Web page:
Six Ways to Avoid Marriage Counseling
“All marriages are happy. It's the living together afterward that causes all the trouble.” – Raymond Hull
Pessimism and irony aside, the simple truth of this quote is that it often ends up being a summary explanation of why some couples end up in marriage counseling. Sometimes the problems are dramatic, but much of the time they tend to occur because relationships can drift over time, whether that lack of focus is due to compatibility issues, the ongoing demands of daily life or external influences.
But it is possible to get back on track without outside help. Here are six tips to help avoid marriage counseling by rebuilding the foundation that makes relationships strong.
1 Avoid the shutdown syndrome. When hard times come to a relationship, there's a tendency for one partner to withdraw and stop participating. This kind of “silent treatment” is deadly to a healthy marriage, because when dialogue ends, any chance of progress dies with it, and other issues begin to multiply exponentially. The first step in solving any problem is to identify it, and this needs to happen for both partners so that the process doesn't devolve into accusations. One quick hint here: studies show that in 85 percent of all marriages, the person who withdraws is the man.
2 Know Thy Partner. How well do you really know the person sharing your bed and your life? Studies show that in long-lasting marriages, partners usually know a great deal about one another, including friendships, habits and other quirks and foibles. Think back in time: When you first met your spouse, you couldn't find out enough about each other, and every detail was fascinating. If you've lost track of a lot of those small details, this is one area where you can refocus to get things flowing again.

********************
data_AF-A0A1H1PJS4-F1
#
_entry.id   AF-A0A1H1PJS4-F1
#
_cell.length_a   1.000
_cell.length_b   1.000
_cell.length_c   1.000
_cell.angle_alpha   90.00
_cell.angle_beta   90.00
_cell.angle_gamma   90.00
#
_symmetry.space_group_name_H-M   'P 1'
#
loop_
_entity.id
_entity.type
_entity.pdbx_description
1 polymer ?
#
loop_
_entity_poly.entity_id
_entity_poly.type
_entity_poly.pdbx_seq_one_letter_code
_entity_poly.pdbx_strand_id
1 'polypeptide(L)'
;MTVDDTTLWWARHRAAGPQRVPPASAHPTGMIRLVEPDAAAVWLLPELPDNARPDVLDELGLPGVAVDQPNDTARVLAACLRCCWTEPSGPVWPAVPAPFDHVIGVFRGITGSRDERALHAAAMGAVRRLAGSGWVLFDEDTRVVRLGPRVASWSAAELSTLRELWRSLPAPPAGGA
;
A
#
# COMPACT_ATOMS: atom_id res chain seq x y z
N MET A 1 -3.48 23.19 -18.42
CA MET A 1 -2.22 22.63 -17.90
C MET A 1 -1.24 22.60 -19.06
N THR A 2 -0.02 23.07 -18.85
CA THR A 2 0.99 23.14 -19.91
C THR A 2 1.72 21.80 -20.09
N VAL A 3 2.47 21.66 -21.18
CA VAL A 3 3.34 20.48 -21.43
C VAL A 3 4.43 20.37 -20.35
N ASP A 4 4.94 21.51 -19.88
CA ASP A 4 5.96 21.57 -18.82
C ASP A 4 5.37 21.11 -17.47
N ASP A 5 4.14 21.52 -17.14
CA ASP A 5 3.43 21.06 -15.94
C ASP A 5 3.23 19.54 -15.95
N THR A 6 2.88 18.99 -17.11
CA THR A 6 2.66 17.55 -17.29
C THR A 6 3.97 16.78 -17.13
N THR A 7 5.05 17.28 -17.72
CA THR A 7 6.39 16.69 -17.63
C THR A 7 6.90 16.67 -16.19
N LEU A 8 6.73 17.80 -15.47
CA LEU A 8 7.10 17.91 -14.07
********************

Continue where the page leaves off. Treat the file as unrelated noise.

3 Restore the Romance. Chances are you won't be able to go back in time to the early days of your relationship when the two of you were pawing at each other like eager teenagers, but one of the subtle oxymorons of married life is that maintaining romance takes a certain amount of work. That means weekly dates, lots of touching and knowing the romantic preferences of your spouse. It also means consistently doing things, both small and large, to show that awareness.
4 Keep It Clean. Most people wouldn't think of going off on a profane rant in casual conversation. But some of those same folks occasionally fight dirty when it comes to disputes with a partner, using sarcasm, subtle insults and hostile humor to “win” the battle. Over time these tendencies can become habitual, and if this is happening to you, its a clear sign that it's time to prune the language garden. Toxic words lead to damaged relationships, and establishing some clear rules about communication style and what can and can't be said is one of the best forms of self-maintenance available.
5 Boundaries. When it comes to staying out of the counselor's office and in a healthy marriage, boundaries are essential. A few quick examples: Do you have an intrusive family? Does your spouse? Set some clear rules about how often they can have access, and make your expectations about the quality of that access perfectly clear (e.g., no sabotage allowed!). Those same rules apply to friends, co-workers and anyone else with access to your inner sanctum – they should know what's out of bounds and why, and there should be clear consequences of what will happen if those boundaries are violated.
6 Come Up With a "Happiness Plan." One of the myths of a healthy marriage is that it takes endless amounts of time to keep a marriage happy and keep things on track. In fact, though, the opposite is true – studies show that in most good long-term marriages and relationships, couples spend less than a half-dozen hours a week “working” on each other. The trick here is that those hours consist of quality time based on a plan for marital happiness that covers all the aforementioned issues.
There are different ways to formulate this kind of plan, but one of the best is to consult an expert. One excellent resource for this is Dr. Dana here at StrongMarriageNow. She teaches couples to be happily married by focusing on different areas and categories, such as communication, resolving conflict, forgiveness and trust. There are videos, blog posts and articles in each of these areas that can help every couple come up with their own individual plan.
For more advice on how to strengthen your marriage, check out the StrongMarriageNow System today!
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Dr. Dana Fillmore and Amy Barnhart, co-Founders, StrongMarriageNow.com